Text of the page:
We as human beings are social creatures whose most basic needs include the need for being socially connected. If you or someone you know is in recovery from a substance use disorder, you know that being able to connect to other individuals in recovery is an important component to maintaining sobriety. During this time of uncertainty with the spread of COVID-19, self-isolation and boredom that comes with social distancing can trigger a relapse on drugs or alcohol.
In the midst of this sweeping pandemic, humankind is being faced with an abrupt new reality…our lives are going to change and we are not exactly sure how, yet. As people are asked to stay in their homes to limit human contact and exposure to the COVID-19 virus, many of us are faced with an unsettling concern and uncertainty.
Over the last several days, our lives have changed because of the COVID-19. This virus has been a source of fear and anxiety for a lot of people. Fear about a disease can be overwhelming and lead to strong and unhealthy emotions. Learning to cope with these feelings can reduce stress and make you stronger and more helpful to others. We do not have all of the answers in this situation, but hopefully, we can help you put this in perspective.
October is National Bullying Prevention Month. One out of every five students report being the victim of bullying. Bullying is defined as “intentional behavior that hurts, harms or humiliates a student, either physically or emotionally”. Bullying can happen at school, in the community or online. Bullying is not about conflict, it is about power and control. Kids and adults who bully often use their power, such as physical strength, embarrassing information or popularity to control or harm others.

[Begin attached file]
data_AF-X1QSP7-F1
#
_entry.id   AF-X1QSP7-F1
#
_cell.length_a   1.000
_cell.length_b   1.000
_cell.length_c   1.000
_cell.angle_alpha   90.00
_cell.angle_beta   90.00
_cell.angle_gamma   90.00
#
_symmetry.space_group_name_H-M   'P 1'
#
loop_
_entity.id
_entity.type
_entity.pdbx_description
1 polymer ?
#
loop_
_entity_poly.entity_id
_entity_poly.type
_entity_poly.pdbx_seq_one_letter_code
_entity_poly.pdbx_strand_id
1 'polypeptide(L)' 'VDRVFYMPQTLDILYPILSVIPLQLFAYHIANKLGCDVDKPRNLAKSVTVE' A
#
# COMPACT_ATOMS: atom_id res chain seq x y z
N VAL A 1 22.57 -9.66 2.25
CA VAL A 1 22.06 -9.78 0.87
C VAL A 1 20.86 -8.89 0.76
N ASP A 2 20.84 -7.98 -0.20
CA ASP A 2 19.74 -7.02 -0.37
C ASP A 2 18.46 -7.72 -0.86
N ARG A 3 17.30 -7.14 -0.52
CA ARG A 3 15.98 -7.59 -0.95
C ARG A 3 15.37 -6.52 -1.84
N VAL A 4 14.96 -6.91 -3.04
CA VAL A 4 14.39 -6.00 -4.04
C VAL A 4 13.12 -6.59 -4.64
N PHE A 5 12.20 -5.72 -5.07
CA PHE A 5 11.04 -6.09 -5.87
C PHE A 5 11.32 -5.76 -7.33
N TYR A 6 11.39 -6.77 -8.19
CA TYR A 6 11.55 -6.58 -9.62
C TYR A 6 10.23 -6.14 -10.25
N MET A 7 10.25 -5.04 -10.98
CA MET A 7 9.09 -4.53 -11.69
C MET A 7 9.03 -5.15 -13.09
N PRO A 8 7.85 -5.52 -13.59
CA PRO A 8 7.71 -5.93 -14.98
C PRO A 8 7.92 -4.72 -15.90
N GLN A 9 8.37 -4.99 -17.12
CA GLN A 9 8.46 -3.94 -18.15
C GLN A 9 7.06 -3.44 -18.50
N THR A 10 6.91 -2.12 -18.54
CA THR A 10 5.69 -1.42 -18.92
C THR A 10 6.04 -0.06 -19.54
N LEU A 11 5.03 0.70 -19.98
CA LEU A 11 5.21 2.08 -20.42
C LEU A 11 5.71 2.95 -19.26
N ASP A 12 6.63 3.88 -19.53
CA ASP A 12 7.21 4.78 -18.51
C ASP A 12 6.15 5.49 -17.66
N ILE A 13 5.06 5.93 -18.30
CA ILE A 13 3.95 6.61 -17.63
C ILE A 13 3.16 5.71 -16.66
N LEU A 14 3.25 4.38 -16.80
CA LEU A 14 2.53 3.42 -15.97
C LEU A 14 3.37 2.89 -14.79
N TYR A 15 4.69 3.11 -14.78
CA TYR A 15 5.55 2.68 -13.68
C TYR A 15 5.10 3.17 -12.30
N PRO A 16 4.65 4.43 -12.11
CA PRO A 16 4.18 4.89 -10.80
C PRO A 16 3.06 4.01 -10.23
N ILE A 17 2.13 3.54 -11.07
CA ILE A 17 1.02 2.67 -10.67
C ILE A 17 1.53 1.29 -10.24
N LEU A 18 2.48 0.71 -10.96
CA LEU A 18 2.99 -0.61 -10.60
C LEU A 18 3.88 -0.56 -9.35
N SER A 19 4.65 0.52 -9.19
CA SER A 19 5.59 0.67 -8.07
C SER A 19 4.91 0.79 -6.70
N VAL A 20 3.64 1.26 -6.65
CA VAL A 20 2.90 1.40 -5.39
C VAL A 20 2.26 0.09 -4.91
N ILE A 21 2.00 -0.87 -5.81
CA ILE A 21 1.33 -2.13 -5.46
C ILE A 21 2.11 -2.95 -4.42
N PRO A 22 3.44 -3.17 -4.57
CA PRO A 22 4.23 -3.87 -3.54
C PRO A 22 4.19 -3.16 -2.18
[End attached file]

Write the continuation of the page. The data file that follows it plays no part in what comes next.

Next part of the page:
It has been my experience in counseling couples that the problems they incur are less about in-laws, money, or sex and more about poor communication and the expectations they expect of the other person. When couples come in for therapy I hear a lot of “I do not understand why she does not do things like I do, my way is the right way”. “ Why can’t he know what my needs are without me having to tell him all the time?” Oh, if people would only do what we want them too then everyone would be happy, right?
The school year is starting and parents hope for a successful year for their child, both academically and socially. But what do you do if your Child is the target of a Bully? There are several things you can do to both support and guide your child. First let’s take a look at what bullying is. Bullying is:
From a Therapist / Bullying
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What is Bullying?
- Use of superior strength or influence to intimidate someone, usually to get them to do what one wants
- Includes force or coercion to abuse or intimidate others
- May be habitual and involve an imbalance of power
- May be repeated towards victims
Types of bullying:
How can you tell if your child is sad, going through a phase or depressed? If your child has shown an increase in difficulty at home or school, is going through a life changing event (like a divorce) or has had sadness that has lasted more than two weeks you will want to review these symptoms of depression. Symptoms of depression in children include:
From a Therapist / Anger
Anger is a feeling or emotion that ranges from mild irritation to intense fury or rage. Anger is a natural response to those situations where we:
- Feel threatened
- Believe harm will come to us
- Believe another person has unnecessarily wronged us
- Feel another person, like a child or someone close to us is being threatened or harmed
Anger can result from frustration when our needs, desires, or goals are not being met. When we become angry, we may lose our patience and act aggressively, impulsively, or violently.
Self injury is when someone is performing deliberate and repetitive acts of physical harm to their own bodies.
Types of self harm include: